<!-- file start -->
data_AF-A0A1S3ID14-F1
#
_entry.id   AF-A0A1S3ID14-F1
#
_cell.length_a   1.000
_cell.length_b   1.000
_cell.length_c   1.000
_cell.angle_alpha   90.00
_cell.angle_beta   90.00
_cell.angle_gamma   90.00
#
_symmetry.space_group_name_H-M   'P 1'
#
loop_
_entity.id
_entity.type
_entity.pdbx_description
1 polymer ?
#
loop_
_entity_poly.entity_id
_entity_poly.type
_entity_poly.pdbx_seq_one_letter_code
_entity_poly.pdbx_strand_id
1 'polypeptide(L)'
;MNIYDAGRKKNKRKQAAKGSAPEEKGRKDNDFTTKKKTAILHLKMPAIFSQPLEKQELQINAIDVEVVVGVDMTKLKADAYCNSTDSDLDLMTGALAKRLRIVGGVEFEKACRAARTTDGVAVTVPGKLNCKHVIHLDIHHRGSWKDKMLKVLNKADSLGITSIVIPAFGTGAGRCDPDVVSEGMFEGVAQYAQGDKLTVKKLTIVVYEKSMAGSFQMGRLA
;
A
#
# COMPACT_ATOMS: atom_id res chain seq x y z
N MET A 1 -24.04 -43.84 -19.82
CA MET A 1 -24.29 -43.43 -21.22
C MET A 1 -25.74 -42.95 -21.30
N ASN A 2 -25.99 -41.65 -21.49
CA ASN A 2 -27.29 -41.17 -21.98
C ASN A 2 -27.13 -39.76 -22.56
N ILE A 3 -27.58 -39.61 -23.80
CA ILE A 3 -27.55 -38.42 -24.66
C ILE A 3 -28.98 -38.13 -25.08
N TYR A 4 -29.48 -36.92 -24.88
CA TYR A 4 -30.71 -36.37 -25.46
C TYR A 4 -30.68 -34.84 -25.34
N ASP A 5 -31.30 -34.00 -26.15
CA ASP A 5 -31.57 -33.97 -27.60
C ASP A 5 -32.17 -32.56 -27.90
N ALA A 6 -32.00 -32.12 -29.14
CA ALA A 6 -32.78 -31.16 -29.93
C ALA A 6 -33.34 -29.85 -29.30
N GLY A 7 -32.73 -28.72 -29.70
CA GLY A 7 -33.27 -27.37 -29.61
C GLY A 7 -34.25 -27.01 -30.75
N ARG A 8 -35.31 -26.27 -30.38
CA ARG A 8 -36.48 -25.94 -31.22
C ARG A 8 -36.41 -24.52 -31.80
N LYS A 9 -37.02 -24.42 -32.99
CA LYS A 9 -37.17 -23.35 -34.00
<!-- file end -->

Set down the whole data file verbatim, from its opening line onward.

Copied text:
data_AF-A0A1S3ID14-F1
#
_entry.id   AF-A0A1S3ID14-F1
#
_cell.length_a   1.000
_cell.length_b   1.000
_cell.length_c   1.000
_cell.angle_alpha   90.00
_cell.angle_beta   90.00
_cell.angle_gamma   90.00
#
_symmetry.space_group_name_H-M   'P 1'
#
loop_
_entity.id
_entity.type
_entity.pdbx_description
1 polymer ?
#
loop_
_entity_poly.entity_id
_entity_poly.type
_entity_poly.pdbx_seq_one_letter_code
_entity_poly.pdbx_strand_id
1 'polypeptide(L)'
;MNIYDAGRKKNKRKQAAKGSAPEEKGRKDNDFTTKKKTAILHLKMPAIFSQPLEKQELQINAIDVEVVVGVDMTKLKADAYCNSTDSDLDLMTGALAKRLRIVGGVEFEKACRAARTTDGVAVTVPGKLNCKHVIHLDIHHRGSWKDKMLKVLNKADSLGITSIVIPAFGTGAGRCDPDVVSEGMFEGVAQYAQGDKLTVKKLTIVVYEKSMAGSFQMGRLA
;
A
#
# COMPACT_ATOMS: atom_id res chain seq x y z
N MET A 1 -24.04 -43.84 -19.82
CA MET A 1 -24.29 -43.43 -21.22
C MET A 1 -25.74 -42.95 -21.30
N ASN A 2 -25.99 -41.65 -21.49
CA ASN A 2 -27.29 -41.17 -21.98
C ASN A 2 -27.13 -39.76 -22.56
N ILE A 3 -27.58 -39.61 -23.80
CA ILE A 3 -27.55 -38.42 -24.66
C ILE A 3 -28.98 -38.13 -25.08
N TYR A 4 -29.48 -36.92 -24.88
CA TYR A 4 -30.71 -36.37 -25.46
C TYR A 4 -30.68 -34.84 -25.34
N ASP A 5 -31.30 -34.00 -26.15
CA ASP A 5 -31.57 -33.97 -27.60
C ASP A 5 -32.17 -32.56 -27.90
N ALA A 6 -32.00 -32.12 -29.14
CA ALA A 6 -32.78 -31.16 -29.93
C ALA A 6 -33.34 -29.85 -29.30
N GLY A 7 -32.73 -28.72 -29.70
CA GLY A 7 -33.27 -27.37 -29.61
C GLY A 7 -34.25 -27.01 -30.75
N ARG A 8 -35.31 -26.27 -30.38
CA ARG A 8 -36.48 -25.94 -31.22
C ARG A 8 -36.41 -24.52 -31.80
N LYS A 9 -37.02 -24.42 -32.99
CA LYS A 9 -37.17 -23.35 -34.00